IMF And Ghana Reaches Staff-Level Agreement On A $3bn, 3 Years Extended Credit Facility
The International Monetary Fund staff and government have reached a Staff-Level Agreement on economic policies and reforms to be supported by a new three-year arrangement under the Extended Credit Facility (ECF) of about $3 billion.
According to a statement from the fund, the government strong reform programme aimed at restoring macroeconomic stability and debt sustainability while protecting the vulnerable, preserving financial stability and laying the foundation for strong and inclusive recovery, was key in this decision.
However, the staff-level agreement is subject to IMF Management and Executive Board approval and receipt of the necessary financing assurances by Ghana’s partners and creditors.
To support the objective of restoring public debt sustainability, the statement added that, the government has launched a comprehensive debt operation. But the Fund said sufficient assurances and progress on this front will be needed before the proposed Fund-supported programme can be presented to the IMF Executive Board for approval.
“The Ghanaian authorities have committed to a wide-ranging economic reform program, which builds on the government’s Post-COVID-19 Programme for Economic Growth (PC-PEG) and tackles the deep challenges facing the country”, the statement pointed out.
“Key reforms aim to ensure the sustainability of public finances while protecting the vulnerable. The fiscal strategy relies on frontloaded measures to increase domestic resource mobilisation and streamline expenditure. In addition, the authorities have committed to strengthening social safety nets, including reinforcing the existing targeted cash-transfer program for vulnerable households and improving the coverage and efficiency of social spending”, it explained.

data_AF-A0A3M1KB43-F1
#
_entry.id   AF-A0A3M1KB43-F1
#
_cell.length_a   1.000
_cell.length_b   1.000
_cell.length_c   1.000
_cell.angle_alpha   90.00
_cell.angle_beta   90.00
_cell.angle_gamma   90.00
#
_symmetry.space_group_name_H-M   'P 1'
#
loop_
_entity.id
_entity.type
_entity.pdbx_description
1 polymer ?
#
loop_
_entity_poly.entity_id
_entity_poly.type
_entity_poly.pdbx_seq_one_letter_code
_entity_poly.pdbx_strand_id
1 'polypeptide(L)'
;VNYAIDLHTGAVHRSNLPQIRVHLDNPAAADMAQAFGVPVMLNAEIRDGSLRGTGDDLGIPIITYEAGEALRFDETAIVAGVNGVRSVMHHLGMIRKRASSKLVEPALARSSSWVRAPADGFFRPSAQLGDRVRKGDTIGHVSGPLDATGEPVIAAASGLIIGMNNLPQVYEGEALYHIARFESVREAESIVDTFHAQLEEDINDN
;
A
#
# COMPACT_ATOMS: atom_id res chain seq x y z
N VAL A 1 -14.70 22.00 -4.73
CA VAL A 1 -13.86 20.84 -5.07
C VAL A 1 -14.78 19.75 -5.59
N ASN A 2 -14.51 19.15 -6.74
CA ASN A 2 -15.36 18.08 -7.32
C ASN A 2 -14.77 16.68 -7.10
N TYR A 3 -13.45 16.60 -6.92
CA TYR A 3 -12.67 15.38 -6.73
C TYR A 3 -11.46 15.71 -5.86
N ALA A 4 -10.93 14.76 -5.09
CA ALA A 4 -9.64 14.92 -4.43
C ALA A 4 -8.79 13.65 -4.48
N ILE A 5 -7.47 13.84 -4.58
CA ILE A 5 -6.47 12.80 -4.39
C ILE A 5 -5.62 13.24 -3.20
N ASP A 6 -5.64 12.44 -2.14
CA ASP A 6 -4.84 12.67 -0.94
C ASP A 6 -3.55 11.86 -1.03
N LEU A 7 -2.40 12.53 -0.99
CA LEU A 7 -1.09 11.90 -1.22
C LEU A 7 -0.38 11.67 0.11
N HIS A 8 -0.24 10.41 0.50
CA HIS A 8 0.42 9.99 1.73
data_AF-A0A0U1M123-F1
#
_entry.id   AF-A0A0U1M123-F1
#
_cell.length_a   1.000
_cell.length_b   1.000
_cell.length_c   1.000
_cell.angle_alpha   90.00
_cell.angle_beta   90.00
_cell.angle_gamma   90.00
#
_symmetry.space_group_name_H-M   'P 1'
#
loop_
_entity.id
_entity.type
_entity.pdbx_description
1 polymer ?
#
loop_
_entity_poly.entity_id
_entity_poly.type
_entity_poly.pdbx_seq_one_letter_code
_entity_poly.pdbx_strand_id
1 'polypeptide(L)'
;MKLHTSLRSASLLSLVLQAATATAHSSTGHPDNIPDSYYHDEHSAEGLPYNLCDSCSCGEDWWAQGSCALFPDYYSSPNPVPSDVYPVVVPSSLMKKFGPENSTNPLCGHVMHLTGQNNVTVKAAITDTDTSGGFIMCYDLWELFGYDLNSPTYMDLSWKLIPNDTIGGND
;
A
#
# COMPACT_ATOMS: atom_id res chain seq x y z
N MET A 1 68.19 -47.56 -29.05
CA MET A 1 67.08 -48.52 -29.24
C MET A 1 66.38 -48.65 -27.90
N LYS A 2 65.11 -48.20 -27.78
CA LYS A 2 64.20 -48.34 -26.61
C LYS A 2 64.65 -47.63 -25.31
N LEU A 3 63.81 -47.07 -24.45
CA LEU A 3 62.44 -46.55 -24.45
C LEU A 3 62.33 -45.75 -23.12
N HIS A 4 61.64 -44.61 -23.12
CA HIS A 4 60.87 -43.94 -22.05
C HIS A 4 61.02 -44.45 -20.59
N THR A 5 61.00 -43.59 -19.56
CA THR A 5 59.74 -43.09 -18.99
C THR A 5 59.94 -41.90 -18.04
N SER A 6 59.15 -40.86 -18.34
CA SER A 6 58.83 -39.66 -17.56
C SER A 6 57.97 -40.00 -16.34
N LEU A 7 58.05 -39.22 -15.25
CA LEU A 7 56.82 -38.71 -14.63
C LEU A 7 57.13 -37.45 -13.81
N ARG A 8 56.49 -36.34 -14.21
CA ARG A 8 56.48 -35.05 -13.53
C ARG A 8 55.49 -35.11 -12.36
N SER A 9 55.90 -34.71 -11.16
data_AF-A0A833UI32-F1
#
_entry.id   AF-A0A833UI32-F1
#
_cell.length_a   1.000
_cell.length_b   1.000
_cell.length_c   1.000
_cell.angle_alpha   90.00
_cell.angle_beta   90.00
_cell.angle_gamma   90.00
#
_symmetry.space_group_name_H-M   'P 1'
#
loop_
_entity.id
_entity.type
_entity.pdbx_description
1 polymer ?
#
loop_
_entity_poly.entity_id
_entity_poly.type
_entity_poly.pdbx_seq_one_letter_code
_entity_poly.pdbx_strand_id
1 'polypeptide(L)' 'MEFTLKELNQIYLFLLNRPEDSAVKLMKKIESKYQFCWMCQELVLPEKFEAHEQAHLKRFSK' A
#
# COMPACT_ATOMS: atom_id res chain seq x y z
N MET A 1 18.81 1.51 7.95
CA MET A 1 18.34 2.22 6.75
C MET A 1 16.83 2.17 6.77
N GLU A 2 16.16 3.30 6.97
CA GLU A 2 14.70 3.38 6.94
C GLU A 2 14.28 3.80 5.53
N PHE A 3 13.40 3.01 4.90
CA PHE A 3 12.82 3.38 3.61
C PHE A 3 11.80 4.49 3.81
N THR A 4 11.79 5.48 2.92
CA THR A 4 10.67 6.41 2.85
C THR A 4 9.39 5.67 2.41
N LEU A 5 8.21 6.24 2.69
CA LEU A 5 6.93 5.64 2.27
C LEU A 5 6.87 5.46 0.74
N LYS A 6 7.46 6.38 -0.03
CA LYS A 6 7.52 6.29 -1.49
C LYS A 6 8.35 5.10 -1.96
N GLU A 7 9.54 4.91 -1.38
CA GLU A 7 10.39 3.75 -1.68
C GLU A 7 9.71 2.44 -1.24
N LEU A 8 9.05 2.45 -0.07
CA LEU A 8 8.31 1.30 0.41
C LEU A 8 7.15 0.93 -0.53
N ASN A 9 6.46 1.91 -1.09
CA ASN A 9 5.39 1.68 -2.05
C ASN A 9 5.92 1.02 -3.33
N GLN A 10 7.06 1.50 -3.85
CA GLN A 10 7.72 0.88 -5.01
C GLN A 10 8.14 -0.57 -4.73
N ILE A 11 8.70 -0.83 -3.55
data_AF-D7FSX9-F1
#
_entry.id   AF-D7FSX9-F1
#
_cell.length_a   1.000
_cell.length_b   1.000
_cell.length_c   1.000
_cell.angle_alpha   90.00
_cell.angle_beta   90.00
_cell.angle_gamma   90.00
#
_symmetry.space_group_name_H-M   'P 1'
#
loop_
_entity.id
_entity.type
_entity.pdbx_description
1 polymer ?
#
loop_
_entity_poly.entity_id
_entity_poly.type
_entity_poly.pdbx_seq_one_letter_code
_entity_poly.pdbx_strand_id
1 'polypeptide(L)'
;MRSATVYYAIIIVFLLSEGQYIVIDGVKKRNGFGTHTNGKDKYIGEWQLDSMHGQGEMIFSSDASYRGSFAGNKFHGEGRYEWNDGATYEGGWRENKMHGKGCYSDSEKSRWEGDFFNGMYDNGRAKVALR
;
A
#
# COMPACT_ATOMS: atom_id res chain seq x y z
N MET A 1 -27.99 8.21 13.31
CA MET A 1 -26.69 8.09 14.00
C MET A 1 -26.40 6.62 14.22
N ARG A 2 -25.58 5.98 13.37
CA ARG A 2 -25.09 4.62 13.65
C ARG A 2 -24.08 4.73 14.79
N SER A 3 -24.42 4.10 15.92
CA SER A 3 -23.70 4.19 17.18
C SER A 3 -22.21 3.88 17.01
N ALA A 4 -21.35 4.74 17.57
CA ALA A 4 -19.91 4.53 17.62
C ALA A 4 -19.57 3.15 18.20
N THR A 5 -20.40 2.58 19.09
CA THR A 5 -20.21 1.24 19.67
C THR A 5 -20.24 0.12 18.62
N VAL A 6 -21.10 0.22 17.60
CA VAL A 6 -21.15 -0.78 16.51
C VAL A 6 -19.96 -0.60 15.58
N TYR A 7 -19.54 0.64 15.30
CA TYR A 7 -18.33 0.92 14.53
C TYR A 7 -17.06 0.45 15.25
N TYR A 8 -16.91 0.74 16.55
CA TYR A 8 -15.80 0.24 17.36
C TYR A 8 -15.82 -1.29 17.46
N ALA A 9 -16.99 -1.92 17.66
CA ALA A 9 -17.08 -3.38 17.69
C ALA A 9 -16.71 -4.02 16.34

The statement further said that structural reforms will be introduced to underpin the fiscal strategy and ensure a durable consolidation. These include developing a medium-term plan to generate additional revenue and advancing reforms to bolster tax compliance.
It noted that the structural reforms will help create space for growth-enhancing measures and social spending. Efforts will also be made to strengthen public expenditure commitment controls, improve fiscal transparency (including the reporting and monitoring of arrears), improve the management of public enterprises, and tackle structural challenges in the energy and cocoa sectors, adding, “the authorities are also committed to further bolstering governance and accountability”.
Continuing, the Fund said “reducing inflation, enhancing resilience to external shocks, and improving market confidence are also important program priorities. Accordingly, the Bank of Ghana will continue to strengthen its monetary policy framework and promote exchange rate flexibility to rebuild external buffers. As part of the authorities’ debt strategy, a domestic debt exchange has been launched. The authorities are committed to taking the necessary mitigation measures to ensure financial sector stability is preserved”.
The IMF staff held meetings with Vice President Dr. Bawumia; Finance Minister, Ken Ofori-Atta and Bank of Ghana Governor, Dr. Ernest Addison, and their teams, as well as representatives from various government agencies.
The team also engaged other stakeholders.
The mission team concluded expressing gratitude to the government, Parliament’s Finance Committee, the private sector, trade union, and civil society representatives for their open and constructive engagement over the past few months.